Kentucky’s Coal Employment Dips To Lowest Recorded Level Since 1898
Kentucky’s coal industry continued its freefall in the first quarter of this year, according to data released Monday by the state Energy and Environment Cabinet.
Coal production fell nearly 13 percent across the state in the first three months of 2016. Only about 11 million tons of coal was mined, making this the lowest statewide rate since 1939.
As has been the trend, Eastern Kentucky’s coalfields took a larger hit than Western Kentucky. Eastern Kentucky coal production declined more than 21 percent in the first three months of this year alone. The last time coal production was lower in the region was 1917. The bulk of the job losses came in Eastern Kentucky too, with more than a thousand jobs lost this quarter. Statewide, about 6,900 coal miners are employed: the lowest level recorded since 1898.
Kentucky Energy and Environment Cabinet Assistant Director Aron Patrick said it’s likely that Kentucky coal production and employment will continue to drop—at least for the next two years or so.
“Currently we are supplying coal to power plants that are scheduled to close before 2018,” Patrick said. “So in the near-term, i.e., 2016 through 2017, there likely will be continued declines. But 2018 and beyond, there probably will be some sort of stabilization.”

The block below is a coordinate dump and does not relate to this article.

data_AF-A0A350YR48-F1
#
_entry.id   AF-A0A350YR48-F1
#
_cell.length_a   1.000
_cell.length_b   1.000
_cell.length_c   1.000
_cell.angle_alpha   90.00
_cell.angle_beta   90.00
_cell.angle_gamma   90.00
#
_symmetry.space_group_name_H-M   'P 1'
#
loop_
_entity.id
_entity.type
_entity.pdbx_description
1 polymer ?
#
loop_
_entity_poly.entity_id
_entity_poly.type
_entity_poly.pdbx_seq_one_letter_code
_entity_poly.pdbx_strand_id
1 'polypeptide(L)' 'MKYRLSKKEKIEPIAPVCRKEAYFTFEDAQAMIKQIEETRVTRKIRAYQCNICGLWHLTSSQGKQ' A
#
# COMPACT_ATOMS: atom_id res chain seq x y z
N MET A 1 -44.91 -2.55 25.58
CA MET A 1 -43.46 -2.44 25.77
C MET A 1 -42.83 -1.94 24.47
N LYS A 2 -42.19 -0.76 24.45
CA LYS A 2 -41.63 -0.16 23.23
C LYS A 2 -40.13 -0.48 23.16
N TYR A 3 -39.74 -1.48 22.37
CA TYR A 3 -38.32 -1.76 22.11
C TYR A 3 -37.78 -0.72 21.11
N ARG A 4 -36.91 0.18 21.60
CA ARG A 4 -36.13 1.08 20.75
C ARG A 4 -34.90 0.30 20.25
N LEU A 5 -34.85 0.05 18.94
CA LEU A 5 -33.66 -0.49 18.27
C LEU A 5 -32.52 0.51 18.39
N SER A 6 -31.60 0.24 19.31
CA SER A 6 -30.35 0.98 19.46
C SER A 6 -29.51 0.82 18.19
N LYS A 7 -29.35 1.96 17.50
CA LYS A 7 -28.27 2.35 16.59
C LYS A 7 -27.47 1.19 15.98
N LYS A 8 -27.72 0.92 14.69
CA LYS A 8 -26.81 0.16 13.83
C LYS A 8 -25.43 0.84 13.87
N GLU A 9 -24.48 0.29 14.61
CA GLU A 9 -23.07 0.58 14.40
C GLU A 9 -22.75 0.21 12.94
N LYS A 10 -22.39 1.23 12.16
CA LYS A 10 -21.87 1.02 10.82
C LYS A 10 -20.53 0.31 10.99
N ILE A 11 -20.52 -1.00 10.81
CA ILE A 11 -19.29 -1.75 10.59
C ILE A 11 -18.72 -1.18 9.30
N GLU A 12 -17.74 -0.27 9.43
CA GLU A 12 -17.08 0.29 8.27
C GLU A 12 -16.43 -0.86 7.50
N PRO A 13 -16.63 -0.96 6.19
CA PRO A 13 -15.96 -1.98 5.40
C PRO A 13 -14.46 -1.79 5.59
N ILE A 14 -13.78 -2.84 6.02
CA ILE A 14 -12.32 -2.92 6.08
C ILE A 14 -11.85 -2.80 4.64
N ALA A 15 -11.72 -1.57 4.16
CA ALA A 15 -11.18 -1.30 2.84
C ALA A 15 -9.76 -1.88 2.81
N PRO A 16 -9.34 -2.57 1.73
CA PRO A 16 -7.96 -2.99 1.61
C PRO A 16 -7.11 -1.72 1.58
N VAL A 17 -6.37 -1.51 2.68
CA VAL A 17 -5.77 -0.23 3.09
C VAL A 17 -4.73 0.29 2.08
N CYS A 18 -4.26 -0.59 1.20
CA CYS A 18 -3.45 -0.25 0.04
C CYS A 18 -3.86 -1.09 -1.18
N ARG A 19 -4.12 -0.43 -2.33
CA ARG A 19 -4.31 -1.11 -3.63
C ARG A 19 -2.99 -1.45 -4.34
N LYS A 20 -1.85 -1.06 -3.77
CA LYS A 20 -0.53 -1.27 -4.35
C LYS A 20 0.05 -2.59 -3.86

An analysis released last week by the federal Energy Information Administration found that coal demand dropped in all but two states from 2007 to 2015. Some of the biggest drops were in the Southeast, where power plants have historically been major consumers of Kentucky coal. In 2015, coal consumption in Georgia, North Carolina, Mississippi and Alabama was half of what it was in 2007.
Kentucky’s neighbors, Ohio and Tennessee, also saw big drops in coal consumption over that time period—49 percent and 45 percent, respectively. And even Kentucky power plants used 16 percent less coal in 2015 than they did in 2007.
Patrick said a lot of that is due to a declining demand for electricity throughout the country.
“Electricity demand is not declining because of any kind of economic stagnation,” he said. “Electricity demand is declining as a result of higher electricity prices, and most importantly, energy efficiency. We have energy efficiency now in our homes and in our businesses in ways we’ve never had it before, everything from LED lighting to advanced appliances. And right now, we’re simply not using electricity as intensively as we have in the past.”
In a statement, Energy and Environment Cabinet Secretary Charles Snavely, a former coal executive, cited market forces and federal regulations for the continued downward trend.
“It is important that we do everything we can to help regional economies that are struggling because of that,” Snavely said. “Coal remains important to Kentucky. About 85 percent of the state’s electricity is generated by coal and last year the Commonwealth was able to offer manufacturers the fourth lowest industrial electricity prices in the U.S., which translates into jobs for Kentuckians.”